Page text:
Associated defects include intellectual impairment ranging from moderate to severe, and congenital heart defects (often atrial or ventricular septal defects), which occur in up to 50% of children. Leukaemia and early onset dementia among its complications.

Autoimmune diseases including thyroid disorders, type 1 diabetes and coeliac disease are more common in Down's syndrome[2]. As compared with sporadic type 1 diabetes, there is an excess of cases presenting before the age of 3. Autoimmunity appears to be largely responsible for the excess of diabetes, but obesity and insulin resistance may also be a factor in older individuals.

Friedrich's Ataxia

Friedrich's ataxia is an autosomal recessive condition which results in nerve degeneration in the spinal cord, usually presenting before the age of 25 with muscle weakness, loss of co-ordination and a staggering gait. Scoliosis and pes cavus may be features and cardiac, auditory and visual problems can also develop. Diabetes mellitus is present in around 10% of cases, and abnormal glucose tolerance in another 20%.

Huntington's Disease

Huntington's disease is a neurodegenerative disorder, transmitted as an autosomal dominant trait, that affects muscle coordination and leads to cognitive decline and psychiatric problems. It is more common in people of Western European descent. Its characteristic feature is choreoathetoid movements but neuropsychiatric problems are also common. Symptoms may develop at any age, but most commonly between 35 and 44 years of age.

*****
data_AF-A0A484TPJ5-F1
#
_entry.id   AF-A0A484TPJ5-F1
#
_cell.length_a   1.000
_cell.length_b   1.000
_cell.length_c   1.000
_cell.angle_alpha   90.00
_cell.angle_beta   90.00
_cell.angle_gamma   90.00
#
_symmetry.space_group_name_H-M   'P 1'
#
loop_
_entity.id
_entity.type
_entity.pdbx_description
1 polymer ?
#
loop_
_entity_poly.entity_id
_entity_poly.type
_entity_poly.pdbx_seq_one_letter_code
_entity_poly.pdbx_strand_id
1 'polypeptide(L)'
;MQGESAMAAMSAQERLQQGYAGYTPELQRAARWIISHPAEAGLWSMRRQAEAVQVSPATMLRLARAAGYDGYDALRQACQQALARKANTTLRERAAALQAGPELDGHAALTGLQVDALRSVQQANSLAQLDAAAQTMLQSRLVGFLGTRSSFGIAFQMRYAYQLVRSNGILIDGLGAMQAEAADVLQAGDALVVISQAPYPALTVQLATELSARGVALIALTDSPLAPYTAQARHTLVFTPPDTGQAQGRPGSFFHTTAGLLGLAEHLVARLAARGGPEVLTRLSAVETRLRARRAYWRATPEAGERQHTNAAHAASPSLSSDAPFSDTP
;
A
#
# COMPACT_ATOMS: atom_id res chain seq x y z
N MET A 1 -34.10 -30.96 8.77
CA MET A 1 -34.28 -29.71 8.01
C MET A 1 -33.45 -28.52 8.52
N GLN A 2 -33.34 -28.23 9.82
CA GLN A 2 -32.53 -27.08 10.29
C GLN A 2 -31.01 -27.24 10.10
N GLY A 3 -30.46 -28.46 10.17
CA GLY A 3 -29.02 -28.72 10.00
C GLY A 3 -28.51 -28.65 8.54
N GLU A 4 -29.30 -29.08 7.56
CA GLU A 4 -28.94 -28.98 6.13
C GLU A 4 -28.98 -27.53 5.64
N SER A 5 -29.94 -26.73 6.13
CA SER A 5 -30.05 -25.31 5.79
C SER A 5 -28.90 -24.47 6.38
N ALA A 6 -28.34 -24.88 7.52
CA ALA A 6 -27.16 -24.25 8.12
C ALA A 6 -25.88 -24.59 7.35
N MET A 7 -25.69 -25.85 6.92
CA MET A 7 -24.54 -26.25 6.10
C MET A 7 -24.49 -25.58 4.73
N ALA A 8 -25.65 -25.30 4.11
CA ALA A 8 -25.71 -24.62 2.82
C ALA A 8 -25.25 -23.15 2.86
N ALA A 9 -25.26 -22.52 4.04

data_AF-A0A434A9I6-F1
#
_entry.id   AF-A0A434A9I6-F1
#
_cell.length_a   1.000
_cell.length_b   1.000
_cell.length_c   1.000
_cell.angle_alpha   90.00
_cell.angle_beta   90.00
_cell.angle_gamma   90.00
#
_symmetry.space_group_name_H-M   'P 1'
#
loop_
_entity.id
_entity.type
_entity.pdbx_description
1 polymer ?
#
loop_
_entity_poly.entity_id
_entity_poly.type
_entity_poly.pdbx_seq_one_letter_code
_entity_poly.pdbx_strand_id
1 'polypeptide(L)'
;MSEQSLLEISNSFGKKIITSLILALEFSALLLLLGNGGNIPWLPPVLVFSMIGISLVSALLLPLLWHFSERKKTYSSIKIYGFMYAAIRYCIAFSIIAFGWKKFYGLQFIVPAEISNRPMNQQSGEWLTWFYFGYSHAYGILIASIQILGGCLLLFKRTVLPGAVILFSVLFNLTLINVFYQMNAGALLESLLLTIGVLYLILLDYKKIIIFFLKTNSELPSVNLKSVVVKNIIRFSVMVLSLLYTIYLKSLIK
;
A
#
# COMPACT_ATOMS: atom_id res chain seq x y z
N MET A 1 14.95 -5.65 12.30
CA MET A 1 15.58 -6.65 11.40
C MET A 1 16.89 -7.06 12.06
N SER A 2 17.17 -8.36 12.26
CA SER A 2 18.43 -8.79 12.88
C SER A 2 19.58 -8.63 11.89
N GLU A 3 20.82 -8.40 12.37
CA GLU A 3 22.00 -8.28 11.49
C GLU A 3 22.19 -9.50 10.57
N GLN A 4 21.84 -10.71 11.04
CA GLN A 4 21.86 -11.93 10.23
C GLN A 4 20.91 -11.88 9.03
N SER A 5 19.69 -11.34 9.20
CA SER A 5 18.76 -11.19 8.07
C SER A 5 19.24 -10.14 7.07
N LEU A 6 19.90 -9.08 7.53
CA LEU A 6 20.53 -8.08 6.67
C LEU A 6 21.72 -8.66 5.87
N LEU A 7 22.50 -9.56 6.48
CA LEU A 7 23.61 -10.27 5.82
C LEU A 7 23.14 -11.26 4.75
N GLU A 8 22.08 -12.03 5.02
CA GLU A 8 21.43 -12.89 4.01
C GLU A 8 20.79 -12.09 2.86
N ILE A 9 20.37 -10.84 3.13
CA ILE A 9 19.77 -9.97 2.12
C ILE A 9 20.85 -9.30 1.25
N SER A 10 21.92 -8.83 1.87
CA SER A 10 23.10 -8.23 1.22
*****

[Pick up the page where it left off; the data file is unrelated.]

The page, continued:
Although early reports linked Huntington's disease to diabetes, the association is in some doubt[3]. Severe acute hyperglycaemia may however provoke transient choreiform movements in diabetic individuals without Huntington's, and diabetic ketoacidosis reportedly unmasked underlying Huntington's in one Japanese patient[4].

Klinefelter's Syndrome

Klinefelter's syndrome is due to the presence of an additional X chromosome, resulting in an XXY male. This karyotype, present in between 1-2 per thousand male births, is variable in its presentation, and frequently passes unnoticed; the usual clinical presentation is with hypogonadism or infertility.

Boys are often tall with broad hips and may have less developed musculature than their peers. This is reflected in a higher truncal fat content, diminished insulin sensitivity, and an increased prevalence of the metabolic syndrome. Estimates of the prevalence of diabetes vary, but carbohydrate intolerance has been reported in up to 40%[5].